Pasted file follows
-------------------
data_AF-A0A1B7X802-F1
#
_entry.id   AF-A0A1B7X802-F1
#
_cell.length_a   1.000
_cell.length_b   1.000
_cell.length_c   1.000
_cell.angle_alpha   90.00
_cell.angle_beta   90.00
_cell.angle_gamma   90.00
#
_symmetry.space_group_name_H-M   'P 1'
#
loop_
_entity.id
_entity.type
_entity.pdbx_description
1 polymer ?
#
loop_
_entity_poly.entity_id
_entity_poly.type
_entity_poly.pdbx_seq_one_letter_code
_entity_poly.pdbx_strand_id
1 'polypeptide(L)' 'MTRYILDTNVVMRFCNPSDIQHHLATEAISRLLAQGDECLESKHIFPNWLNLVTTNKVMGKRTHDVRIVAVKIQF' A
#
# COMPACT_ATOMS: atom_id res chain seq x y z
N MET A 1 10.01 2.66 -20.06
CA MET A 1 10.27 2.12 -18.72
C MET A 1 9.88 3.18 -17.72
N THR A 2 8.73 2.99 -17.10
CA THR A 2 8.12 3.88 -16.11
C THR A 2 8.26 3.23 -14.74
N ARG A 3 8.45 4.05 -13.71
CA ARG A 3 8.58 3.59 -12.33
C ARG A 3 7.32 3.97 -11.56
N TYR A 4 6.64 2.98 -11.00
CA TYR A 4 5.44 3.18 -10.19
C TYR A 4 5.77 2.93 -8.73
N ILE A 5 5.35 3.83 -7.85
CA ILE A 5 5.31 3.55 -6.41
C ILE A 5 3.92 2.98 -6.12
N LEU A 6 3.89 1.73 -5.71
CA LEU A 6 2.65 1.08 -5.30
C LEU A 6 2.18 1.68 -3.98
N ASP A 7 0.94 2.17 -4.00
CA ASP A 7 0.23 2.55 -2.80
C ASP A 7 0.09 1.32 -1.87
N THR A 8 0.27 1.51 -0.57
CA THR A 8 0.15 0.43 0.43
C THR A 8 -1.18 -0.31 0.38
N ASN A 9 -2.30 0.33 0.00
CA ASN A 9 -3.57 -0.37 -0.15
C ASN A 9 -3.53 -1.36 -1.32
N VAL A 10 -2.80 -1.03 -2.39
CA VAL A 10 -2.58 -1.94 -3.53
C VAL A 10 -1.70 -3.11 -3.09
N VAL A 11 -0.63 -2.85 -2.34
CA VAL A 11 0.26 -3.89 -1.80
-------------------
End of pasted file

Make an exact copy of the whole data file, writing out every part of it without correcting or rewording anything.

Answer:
data_AF-A0A1B7X802-F1
#
_entry.id   AF-A0A1B7X802-F1
#
_cell.length_a   1.000
_cell.length_b   1.000
_cell.length_c   1.000
_cell.angle_alpha   90.00
_cell.angle_beta   90.00
_cell.angle_gamma   90.00
#
_symmetry.space_group_name_H-M   'P 1'
#
loop_
_entity.id
_entity.type
_entity.pdbx_description
1 polymer ?
#
loop_
_entity_poly.entity_id
_entity_poly.type
_entity_poly.pdbx_seq_one_letter_code
_entity_poly.pdbx_strand_id
1 'polypeptide(L)' 'MTRYILDTNVVMRFCNPSDIQHHLATEAISRLLAQGDECLESKHIFPNWLNLVTTNKVMGKRTHDVRIVAVKIQF' A
#
# COMPACT_ATOMS: atom_id res chain seq x y z
N MET A 1 10.01 2.66 -20.06
CA MET A 1 10.27 2.12 -18.72
C MET A 1 9.88 3.18 -17.72
N THR A 2 8.73 2.99 -17.10
CA THR A 2 8.12 3.88 -16.11
C THR A 2 8.26 3.23 -14.74
N ARG A 3 8.45 4.05 -13.71
CA ARG A 3 8.58 3.59 -12.33
C ARG A 3 7.32 3.97 -11.56
N TYR A 4 6.64 2.98 -11.00
CA TYR A 4 5.44 3.18 -10.19
C TYR A 4 5.77 2.93 -8.73
N ILE A 5 5.35 3.83 -7.85
CA ILE A 5 5.31 3.55 -6.41
C ILE A 5 3.92 2.98 -6.12
N LEU A 6 3.89 1.73 -5.71
CA LEU A 6 2.65 1.08 -5.30
C LEU A 6 2.18 1.68 -3.98
N ASP A 7 0.94 2.17 -4.00
CA ASP A 7 0.23 2.55 -2.80
C ASP A 7 0.09 1.32 -1.87
N THR A 8 0.27 1.51 -0.57
CA THR A 8 0.15 0.43 0.43
C THR A 8 -1.18 -0.31 0.38
N ASN A 9 -2.30 0.33 0.00
CA ASN A 9 -3.57 -0.37 -0.15
C ASN A 9 -3.53 -1.36 -1.32
N VAL A 10 -2.80 -1.03 -2.39
CA VAL A 10 -2.58 -1.94 -3.53
C VAL A 10 -1.70 -3.11 -3.09
N VAL A 11 -0.63 -2.85 -2.34
CA VAL A 11 0.26 -3.89 -1.80